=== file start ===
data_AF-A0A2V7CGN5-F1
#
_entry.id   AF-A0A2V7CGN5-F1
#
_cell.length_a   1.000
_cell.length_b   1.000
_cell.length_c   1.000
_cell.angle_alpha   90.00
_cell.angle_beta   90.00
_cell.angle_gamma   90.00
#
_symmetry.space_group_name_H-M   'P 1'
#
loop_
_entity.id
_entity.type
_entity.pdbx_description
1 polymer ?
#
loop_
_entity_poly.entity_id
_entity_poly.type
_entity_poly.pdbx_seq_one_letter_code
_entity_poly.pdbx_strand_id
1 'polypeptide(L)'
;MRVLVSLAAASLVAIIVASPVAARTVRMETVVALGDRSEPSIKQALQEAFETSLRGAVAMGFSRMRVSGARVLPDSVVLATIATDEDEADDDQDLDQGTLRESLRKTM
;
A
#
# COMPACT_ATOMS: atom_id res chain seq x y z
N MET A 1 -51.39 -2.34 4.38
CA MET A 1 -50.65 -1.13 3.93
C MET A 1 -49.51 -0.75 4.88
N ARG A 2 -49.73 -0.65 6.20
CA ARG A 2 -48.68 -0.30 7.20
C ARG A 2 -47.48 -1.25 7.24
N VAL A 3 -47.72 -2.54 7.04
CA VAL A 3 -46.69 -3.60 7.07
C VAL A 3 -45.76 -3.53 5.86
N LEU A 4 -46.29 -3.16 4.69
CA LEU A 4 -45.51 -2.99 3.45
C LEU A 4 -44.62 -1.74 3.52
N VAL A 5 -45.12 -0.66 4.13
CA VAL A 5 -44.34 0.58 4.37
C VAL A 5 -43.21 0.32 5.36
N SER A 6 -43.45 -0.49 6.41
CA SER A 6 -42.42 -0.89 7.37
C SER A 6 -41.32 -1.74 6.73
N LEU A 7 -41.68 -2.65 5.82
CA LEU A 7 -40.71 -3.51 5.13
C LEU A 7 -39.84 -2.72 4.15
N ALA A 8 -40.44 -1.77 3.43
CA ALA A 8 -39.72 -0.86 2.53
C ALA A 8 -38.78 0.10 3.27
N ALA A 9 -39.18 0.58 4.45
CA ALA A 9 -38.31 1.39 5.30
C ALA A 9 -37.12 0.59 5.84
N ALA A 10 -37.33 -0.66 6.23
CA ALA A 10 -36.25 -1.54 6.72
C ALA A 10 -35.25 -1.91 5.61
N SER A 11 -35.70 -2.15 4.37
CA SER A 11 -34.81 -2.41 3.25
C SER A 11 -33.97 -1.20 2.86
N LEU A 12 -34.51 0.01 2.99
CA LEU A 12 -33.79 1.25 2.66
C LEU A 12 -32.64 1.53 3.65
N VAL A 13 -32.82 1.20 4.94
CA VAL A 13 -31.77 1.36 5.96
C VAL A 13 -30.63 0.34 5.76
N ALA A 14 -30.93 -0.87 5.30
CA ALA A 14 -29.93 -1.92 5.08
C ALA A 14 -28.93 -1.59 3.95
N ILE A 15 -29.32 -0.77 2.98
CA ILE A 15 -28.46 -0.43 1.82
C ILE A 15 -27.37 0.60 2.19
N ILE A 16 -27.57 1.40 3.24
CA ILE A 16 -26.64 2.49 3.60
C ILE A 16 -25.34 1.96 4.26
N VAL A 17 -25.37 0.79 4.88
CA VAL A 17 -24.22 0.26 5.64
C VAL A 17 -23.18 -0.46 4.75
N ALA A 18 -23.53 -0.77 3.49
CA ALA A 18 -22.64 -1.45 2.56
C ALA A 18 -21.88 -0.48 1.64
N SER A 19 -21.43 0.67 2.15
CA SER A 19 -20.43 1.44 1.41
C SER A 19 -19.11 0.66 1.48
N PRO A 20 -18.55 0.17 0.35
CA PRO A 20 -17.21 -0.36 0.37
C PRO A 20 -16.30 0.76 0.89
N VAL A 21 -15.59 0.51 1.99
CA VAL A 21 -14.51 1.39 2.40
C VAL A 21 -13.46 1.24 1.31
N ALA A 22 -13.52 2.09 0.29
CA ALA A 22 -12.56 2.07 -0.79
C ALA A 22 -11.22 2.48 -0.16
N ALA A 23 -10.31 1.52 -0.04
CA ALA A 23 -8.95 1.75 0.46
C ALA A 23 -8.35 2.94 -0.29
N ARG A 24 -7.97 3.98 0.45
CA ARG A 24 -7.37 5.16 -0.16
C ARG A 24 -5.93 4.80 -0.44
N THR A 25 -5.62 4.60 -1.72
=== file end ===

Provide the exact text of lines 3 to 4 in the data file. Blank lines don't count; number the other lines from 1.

_entry.id   AF-A0A2V7CGN5-F1
#